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Re: Extensibility strategies, was: Deciding in public (Was: SVGWG SVG-in-HTML proposal)

From: Julian Reschke <julian.reschke@gmx.de>
Date: Tue, 05 Aug 2008 08:36:06 +0200
Message-ID: <4897F4D6.40508@gmx.de>
To: Ian Hickson <ian@hixie.ch>
CC: 'HTML WG' <public-html@w3.org>

Ian Hickson wrote:
> ...
>>> Could you actually give an example where this could happen? I haven't 
>>> been able to find a case where an actual clash could happen, even with 
>>> a totally open TLD space.
>> As the TLD space isn't open *yet*, it's hard to provide that example.
> 
> Pretend that the TLD space was completely open, so that you could invent 
> any random TLD you wanted.
> 
> Could you actually give an example where people using different 
> disambiguation schemes would somehow come up with clashing names? It seems 
> like it is quite possible to design disambiguation schemes that can't be 
> confused with other disambiguation schemes and therefore can't have 
> clashes.

If Alice's disambiguation scheme is tld.sld-identifier, and Bob's is 
sld.tld-identifier, and Alice's domain name is "ab.cd", and Bob's domain 
is "cd.ab", and they both want to define "title", both will end up with

   "ab.cd-title"

This can be avoided by mandating exactly one scheme. A URI-based scheme 
would be a candidate, and have the advantage that those are well 
understood and are used almost everywhere else (which makes 
roundtripping easy).

>>>> That being said, clashes have occurred (what does the "title" class 
>>>> name stand for?), and it's also a known problem that you get in 
>>>> trouble once you want to nest information.
>>> These problems are fixable without complicated disambiguation schemes.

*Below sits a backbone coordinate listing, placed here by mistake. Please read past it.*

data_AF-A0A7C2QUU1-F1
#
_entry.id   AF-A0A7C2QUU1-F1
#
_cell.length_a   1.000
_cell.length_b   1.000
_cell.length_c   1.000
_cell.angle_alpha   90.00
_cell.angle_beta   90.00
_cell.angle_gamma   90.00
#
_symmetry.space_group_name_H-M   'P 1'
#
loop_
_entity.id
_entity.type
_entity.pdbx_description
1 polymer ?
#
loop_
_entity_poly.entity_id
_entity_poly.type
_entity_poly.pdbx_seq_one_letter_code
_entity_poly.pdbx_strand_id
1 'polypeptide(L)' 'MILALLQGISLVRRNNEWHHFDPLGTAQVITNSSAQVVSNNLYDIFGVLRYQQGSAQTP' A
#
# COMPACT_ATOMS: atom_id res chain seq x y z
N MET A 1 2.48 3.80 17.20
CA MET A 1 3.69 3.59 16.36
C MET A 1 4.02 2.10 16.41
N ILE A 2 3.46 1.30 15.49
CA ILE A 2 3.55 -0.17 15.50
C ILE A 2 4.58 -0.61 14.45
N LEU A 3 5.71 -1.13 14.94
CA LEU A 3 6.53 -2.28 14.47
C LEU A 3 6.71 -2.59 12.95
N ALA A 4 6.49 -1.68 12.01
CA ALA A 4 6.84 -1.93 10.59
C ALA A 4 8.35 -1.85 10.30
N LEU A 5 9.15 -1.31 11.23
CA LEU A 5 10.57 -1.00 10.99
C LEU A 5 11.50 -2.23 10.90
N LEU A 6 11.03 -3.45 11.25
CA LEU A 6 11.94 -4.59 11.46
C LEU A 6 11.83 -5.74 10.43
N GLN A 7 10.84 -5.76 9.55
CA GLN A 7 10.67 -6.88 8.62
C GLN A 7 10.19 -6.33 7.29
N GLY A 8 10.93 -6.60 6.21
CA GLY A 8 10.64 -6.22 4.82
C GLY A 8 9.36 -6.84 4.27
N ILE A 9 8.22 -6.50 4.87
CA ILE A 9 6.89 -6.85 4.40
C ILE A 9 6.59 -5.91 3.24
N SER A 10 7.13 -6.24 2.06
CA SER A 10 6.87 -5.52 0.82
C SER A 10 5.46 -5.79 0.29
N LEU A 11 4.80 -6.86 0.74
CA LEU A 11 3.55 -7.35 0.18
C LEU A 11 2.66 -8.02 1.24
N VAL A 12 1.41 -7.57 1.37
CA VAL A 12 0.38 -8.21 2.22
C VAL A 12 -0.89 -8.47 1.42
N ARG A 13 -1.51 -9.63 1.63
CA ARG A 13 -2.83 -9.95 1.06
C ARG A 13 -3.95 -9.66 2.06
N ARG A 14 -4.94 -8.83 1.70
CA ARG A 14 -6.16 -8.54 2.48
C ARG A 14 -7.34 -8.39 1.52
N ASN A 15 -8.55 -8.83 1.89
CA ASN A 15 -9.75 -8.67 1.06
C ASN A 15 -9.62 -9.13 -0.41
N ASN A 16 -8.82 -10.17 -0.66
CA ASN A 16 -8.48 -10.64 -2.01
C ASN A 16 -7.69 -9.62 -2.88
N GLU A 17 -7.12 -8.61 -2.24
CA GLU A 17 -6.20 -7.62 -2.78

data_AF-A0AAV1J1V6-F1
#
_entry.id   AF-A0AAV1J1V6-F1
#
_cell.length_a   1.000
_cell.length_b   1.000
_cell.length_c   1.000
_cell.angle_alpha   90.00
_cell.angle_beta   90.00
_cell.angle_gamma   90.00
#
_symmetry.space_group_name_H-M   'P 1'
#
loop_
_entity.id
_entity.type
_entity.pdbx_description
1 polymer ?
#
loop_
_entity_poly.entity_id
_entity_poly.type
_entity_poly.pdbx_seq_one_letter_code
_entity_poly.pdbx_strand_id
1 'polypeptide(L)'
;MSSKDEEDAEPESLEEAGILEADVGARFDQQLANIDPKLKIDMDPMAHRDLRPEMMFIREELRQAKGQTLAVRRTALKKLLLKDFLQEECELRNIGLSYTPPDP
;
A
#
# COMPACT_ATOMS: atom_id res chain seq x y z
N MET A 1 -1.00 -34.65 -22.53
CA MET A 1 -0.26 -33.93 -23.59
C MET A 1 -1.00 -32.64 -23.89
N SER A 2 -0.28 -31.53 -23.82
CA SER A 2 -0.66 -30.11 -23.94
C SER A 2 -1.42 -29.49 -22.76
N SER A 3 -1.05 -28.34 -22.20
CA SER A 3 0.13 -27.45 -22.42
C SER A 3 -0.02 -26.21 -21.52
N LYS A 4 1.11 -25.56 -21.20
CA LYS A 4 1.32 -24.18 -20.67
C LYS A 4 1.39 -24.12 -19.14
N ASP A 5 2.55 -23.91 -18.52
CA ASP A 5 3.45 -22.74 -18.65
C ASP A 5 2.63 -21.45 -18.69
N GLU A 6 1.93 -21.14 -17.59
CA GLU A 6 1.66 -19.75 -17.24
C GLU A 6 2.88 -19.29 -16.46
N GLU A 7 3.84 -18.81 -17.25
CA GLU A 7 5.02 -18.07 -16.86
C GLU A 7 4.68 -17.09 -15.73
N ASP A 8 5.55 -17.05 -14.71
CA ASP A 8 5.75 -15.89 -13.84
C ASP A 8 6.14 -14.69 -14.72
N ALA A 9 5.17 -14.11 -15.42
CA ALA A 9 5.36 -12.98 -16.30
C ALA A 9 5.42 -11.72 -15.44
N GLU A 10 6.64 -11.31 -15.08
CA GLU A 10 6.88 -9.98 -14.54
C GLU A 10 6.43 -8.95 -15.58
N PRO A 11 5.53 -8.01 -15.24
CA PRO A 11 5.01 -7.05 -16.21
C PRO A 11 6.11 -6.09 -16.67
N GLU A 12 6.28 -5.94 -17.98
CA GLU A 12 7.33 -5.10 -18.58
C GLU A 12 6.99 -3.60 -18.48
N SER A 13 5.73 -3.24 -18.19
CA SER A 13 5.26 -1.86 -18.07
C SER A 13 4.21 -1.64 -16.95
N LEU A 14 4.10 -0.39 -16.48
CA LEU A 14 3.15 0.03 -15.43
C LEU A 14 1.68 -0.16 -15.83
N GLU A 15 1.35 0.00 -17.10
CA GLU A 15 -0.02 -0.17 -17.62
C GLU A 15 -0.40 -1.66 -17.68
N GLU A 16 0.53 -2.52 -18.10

>> How?
> 
> Using different classes, defining precise behaviour, etc.

That requires central coordination.

As far as I can tell, the problems with microformats are well understood 
by now (nesting, abuse of title attribute, process only works for a few 
common formats), but it seems you prefer to ignore them.

>>> I mean that instead of sticking your extension here:
>>>
>>>    <xxxx>
>>>
>>> ...you stick it here:
>>>
>>>    <div class="xxxx">
>>>
>>> It's a different syntactic space than the language's main vocabulary. 
>>> Is that an acceptable price?
>> If it would work *reliably*, yes. I don't see how it could, as class 
>> already has different semantics.
> 
> It has the exact semantics you want -- author-defined extension point.
> 
> Why would it not work reliably? Could you provide an example of something 
> that would be unreliable?

It would work only reliably if a naming scheme is chosen that makes it 
impossible that different authors accidentally choose the same name for 
different purposes. To avoid that, a concrete syntax needs to be defined.

BR, Julian
Received on Tuesday, 5 August 2008 06:36:55 UTC

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